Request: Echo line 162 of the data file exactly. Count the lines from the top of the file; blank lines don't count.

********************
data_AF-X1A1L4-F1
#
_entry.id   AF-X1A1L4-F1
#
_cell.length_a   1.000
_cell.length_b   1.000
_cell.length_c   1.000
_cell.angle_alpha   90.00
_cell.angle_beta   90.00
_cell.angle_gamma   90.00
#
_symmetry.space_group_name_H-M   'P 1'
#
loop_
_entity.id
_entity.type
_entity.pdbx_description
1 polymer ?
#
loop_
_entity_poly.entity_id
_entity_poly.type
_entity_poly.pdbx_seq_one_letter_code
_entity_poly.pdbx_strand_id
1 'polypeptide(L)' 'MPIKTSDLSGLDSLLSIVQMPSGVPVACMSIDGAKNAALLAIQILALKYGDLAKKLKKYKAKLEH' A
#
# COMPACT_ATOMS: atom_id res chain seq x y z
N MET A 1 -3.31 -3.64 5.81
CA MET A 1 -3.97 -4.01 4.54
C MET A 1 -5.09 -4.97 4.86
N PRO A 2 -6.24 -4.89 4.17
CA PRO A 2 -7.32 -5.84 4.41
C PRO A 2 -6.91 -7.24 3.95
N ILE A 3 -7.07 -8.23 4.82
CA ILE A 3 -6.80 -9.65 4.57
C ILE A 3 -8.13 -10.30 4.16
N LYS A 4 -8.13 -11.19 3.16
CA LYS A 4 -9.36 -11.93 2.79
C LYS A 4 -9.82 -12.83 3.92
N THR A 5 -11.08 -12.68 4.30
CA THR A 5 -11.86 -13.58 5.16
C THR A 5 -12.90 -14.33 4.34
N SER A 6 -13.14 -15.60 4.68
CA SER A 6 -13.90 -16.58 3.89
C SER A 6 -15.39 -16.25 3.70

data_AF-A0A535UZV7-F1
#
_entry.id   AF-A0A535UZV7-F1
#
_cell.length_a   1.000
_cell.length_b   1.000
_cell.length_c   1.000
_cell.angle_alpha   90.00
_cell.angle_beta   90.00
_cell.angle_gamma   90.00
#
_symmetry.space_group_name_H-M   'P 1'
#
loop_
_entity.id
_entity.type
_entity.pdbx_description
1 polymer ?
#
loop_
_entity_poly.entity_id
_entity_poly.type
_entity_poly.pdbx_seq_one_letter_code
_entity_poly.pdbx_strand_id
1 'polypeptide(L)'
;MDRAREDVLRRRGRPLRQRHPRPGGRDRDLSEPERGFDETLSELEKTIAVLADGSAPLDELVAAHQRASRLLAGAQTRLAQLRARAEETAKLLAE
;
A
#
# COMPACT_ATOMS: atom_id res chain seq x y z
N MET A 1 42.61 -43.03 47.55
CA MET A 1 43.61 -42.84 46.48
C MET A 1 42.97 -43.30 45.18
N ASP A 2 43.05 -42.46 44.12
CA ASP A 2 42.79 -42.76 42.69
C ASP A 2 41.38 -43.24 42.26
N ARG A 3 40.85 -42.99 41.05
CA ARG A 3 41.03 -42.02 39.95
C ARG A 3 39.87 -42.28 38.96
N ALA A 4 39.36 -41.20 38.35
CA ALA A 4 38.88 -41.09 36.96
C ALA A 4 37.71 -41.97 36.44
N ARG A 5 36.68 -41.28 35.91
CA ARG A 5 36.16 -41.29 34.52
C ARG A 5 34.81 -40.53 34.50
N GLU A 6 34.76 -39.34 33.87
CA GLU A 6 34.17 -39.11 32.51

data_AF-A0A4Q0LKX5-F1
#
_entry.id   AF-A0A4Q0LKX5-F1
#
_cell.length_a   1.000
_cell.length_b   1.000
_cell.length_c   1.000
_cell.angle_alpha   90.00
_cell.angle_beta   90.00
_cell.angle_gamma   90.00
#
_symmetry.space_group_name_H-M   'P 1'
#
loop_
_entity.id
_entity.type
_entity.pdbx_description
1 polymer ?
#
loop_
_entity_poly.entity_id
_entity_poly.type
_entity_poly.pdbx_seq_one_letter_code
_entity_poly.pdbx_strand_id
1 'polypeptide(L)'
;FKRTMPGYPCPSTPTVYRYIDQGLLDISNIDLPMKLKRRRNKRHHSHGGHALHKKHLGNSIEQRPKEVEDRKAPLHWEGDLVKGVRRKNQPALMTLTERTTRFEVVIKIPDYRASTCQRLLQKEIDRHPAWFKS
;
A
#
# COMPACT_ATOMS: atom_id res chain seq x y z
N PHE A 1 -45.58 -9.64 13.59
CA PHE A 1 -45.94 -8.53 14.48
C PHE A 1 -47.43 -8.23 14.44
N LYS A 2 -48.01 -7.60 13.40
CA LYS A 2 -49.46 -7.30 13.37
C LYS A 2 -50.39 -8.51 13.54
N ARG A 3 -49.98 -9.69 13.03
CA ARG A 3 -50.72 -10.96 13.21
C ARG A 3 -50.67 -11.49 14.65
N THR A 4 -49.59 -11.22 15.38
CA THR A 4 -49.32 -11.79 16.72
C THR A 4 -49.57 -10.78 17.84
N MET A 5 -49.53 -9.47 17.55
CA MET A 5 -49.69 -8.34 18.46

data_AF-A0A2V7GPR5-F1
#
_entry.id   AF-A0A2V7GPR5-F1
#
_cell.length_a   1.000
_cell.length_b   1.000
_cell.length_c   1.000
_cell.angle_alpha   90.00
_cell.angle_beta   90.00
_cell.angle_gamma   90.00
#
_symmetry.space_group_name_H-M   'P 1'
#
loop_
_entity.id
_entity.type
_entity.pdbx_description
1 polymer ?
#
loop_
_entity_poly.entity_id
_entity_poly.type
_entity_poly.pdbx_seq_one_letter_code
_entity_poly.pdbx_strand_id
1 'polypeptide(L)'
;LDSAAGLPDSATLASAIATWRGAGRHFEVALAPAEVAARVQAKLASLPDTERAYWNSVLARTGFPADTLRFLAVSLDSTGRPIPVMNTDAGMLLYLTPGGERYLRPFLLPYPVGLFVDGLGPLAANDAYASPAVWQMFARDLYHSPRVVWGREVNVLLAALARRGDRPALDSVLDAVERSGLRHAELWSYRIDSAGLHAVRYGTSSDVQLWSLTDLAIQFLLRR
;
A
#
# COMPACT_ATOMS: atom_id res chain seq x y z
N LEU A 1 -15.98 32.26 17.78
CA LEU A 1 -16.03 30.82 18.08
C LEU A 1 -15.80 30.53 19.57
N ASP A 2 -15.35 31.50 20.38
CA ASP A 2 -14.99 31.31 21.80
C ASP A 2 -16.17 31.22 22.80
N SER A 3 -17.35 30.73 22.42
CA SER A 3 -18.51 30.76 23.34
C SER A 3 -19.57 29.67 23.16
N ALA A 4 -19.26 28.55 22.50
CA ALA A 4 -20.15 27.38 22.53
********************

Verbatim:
;LDSAAGLPDSATLASAIATWRGAGRHFEVALAPAEVAARVQAKLASLPDTERAYWNSVLARTGFPADTLRFLAVSLDSTGRPIPVMNTDAGMLLYLTPGGERYLRPFLLPYPVGLFVDGLGPLAANDAYASPAVWQMFARDLYHSPRVVWGREVNVLLAALARRGDRPALDSVLDAVERSGLRHAELWSYRIDSAGLHAVRYGTSSDVQLWSLTDLAIQFLLRR